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Why Fairy tales?

These childhood fables are rich in themes—of redemption, of good vs. evil, of selfishness, of kindness, of love—which is a writer’s dream.

Merriam & Webster’s definition of a fairy tale – noun: A story (as for children) involving fantastic forces and beings (such as fairies, wizards, and goblins)

b. a story in which improbable events lead to a happy ending

One of the most popular English classes offered at the university I attended, was about fairy tales. I opted out with an eye roll. Why would I take that, when I could take a whole course on Lucy Maud Montgomery? Priorities people!

Decades later and I laugh at how my priorities have changed. Today, I’m fascinated with fairy tales and retellings. Between you and me, I kinda wished I took the course.

What shifted? How did I go from one extreme to the other?

Was it expanding my reading repertoire? The lure of a happy ending? Swoony princes and knights? A combination of all? Probably the latter.

I’ve read a lot of books over the last few years, including Marisa Meyer’s The Lunar Chronicles. This series is retellings of popular fairy tales—Cinderella, Snow White, Rapunzel. I was hooked. You should check it out—they’re so much fun to read.

Apparently, I’m not the only one hooked on these old tales. It’s not just Marisa Meyer reinventing the stories. There are many YA authors out there, including myself, happily re-spinning them. Why is that?

HEA. Happily.Ever.After.

There you have it. We know the ending and there’s security in that, especially when our real world or IRL (in real life) is full of chaos, angst, and wickedness. There’s no guarantee that a HEA will play out on earth in our lives. Marriages fail, families fail, and economies fail and much like a game of dominos, it effects many other parts in our lives. But that’s where fairy tales come in—they offer a temporary escape from all the crazy.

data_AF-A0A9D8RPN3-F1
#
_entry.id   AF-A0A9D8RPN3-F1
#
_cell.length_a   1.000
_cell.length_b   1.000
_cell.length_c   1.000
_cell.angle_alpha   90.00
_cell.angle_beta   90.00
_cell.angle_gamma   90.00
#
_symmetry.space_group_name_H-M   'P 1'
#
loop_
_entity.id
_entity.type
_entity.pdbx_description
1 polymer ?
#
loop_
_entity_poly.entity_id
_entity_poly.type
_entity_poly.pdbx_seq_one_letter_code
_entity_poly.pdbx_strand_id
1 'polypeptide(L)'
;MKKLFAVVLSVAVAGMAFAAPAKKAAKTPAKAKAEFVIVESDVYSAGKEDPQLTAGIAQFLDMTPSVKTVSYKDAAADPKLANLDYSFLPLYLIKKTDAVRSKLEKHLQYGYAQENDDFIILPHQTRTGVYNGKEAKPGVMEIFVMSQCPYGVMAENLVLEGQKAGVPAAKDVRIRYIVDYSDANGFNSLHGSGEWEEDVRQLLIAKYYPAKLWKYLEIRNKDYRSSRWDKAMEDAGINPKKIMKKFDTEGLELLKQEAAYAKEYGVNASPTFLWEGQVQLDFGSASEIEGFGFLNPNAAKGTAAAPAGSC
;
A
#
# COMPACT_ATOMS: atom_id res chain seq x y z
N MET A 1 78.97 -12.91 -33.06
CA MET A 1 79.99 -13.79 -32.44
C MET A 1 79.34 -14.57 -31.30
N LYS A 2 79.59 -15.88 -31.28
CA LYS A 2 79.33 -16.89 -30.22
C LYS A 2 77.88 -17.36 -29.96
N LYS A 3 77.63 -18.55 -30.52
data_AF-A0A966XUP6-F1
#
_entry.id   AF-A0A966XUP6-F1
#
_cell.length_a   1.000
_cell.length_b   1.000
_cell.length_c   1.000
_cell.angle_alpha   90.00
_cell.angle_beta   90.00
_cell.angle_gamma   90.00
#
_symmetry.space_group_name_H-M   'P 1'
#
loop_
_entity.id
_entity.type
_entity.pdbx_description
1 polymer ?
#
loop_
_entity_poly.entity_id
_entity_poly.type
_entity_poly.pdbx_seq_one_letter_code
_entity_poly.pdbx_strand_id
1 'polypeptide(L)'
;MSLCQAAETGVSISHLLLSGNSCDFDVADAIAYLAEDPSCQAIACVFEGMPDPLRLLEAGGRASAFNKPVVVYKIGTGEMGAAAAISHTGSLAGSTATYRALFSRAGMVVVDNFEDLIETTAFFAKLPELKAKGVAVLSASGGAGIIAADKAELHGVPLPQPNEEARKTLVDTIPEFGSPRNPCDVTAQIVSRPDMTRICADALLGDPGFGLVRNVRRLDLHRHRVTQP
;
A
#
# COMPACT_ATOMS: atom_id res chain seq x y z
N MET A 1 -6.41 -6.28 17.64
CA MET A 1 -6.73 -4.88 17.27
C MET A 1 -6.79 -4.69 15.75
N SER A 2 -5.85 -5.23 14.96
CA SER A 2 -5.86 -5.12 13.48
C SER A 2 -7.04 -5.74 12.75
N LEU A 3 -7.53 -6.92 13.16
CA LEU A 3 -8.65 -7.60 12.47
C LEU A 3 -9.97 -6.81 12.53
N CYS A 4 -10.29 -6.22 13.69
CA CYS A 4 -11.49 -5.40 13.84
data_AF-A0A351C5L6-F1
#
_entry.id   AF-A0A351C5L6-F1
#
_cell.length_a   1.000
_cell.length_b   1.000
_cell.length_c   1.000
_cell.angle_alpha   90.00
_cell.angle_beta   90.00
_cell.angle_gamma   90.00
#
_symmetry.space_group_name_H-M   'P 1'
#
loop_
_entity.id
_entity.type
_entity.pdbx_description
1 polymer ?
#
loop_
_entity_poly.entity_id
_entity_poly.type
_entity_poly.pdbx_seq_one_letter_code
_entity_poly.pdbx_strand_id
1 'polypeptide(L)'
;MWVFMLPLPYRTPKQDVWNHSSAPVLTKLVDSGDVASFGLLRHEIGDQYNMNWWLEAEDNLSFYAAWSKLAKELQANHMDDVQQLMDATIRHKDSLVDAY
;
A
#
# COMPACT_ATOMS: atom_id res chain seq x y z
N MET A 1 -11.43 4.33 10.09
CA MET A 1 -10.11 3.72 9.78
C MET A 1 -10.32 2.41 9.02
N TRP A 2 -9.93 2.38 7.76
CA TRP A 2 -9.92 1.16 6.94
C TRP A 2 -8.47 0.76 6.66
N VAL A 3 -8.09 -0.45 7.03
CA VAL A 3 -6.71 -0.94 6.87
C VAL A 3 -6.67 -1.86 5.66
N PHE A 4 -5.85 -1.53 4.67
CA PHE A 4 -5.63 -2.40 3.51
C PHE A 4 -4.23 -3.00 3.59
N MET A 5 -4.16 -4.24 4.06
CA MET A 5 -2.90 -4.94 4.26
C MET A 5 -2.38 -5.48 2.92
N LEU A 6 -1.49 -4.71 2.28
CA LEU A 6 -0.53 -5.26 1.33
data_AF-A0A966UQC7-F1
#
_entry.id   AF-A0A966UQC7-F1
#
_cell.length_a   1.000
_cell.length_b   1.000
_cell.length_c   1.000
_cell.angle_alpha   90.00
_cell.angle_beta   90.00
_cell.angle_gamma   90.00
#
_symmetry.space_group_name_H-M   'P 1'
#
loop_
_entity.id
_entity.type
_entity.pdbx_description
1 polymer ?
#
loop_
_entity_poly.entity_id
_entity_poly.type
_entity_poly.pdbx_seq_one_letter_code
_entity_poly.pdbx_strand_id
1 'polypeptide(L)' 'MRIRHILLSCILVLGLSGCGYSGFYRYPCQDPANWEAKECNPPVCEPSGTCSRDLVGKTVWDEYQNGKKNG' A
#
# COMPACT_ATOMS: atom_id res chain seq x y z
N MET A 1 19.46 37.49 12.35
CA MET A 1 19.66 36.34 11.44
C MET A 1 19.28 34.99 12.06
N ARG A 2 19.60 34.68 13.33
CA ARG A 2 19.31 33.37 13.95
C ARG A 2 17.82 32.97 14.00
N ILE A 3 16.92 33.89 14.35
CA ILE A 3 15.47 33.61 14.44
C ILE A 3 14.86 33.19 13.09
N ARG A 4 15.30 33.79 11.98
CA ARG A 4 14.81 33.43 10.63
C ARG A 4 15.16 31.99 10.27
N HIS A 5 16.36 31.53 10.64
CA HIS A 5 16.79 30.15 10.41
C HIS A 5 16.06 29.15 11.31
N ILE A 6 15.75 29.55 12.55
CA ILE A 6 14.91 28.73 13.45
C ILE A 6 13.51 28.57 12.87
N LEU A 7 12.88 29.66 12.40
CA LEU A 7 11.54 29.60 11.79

For a short time, we get to forget our problems, and instead become the hero or heroine, who does save the world, or at least the world in the book. Is it real? No, but it can inspire us in our real lives. Don’t we want to be kind like Cinderella? Don’t we want to take a risk like Ariel?

As an author, I find it gratifying to write in this genre. The journey to the HEA is the whole point. A retelling means I took the framework of the story then changed it. The Wolves are human so I could tell a story about forbidden love. What if the Wolf fell in love Red Riding Hood? That takes the whole story in a different direction which creates more questions.

For example, is the Wolf the bad guy? But what if he could be the hero? Or is he always slated to be the villain?

I don’t know. It’s one of the things I explore in both Into the Forest and its sequel, Weight of the Crown. (Releasing late 2023.)

These childhood fables are rich in themes—of redemption, of good vs. evil, of selfishness, of kindness, of love—which is a writer’s dream.

For me, the themes reflect the larger story of Emmanuel, God with us. Our lives are a journey, a series of adventures that lead us closer to God, and our purpose. As we discover God’s great love for us, the plot unfolds; we fail, get back up, learn to love God, learn to love others, and hopefully learn to love ourselves. Repeat. It’s a quest to discover who God is and who we are in the process. Only we can’t save the day. Only God can do that and though he already has, it’s just not our IRL yet.

In the meantime, we are redeemed and can have an abundant life here. Until one day, God will usher in our ultimate HEA.

Why fairy tales? There’s your answer.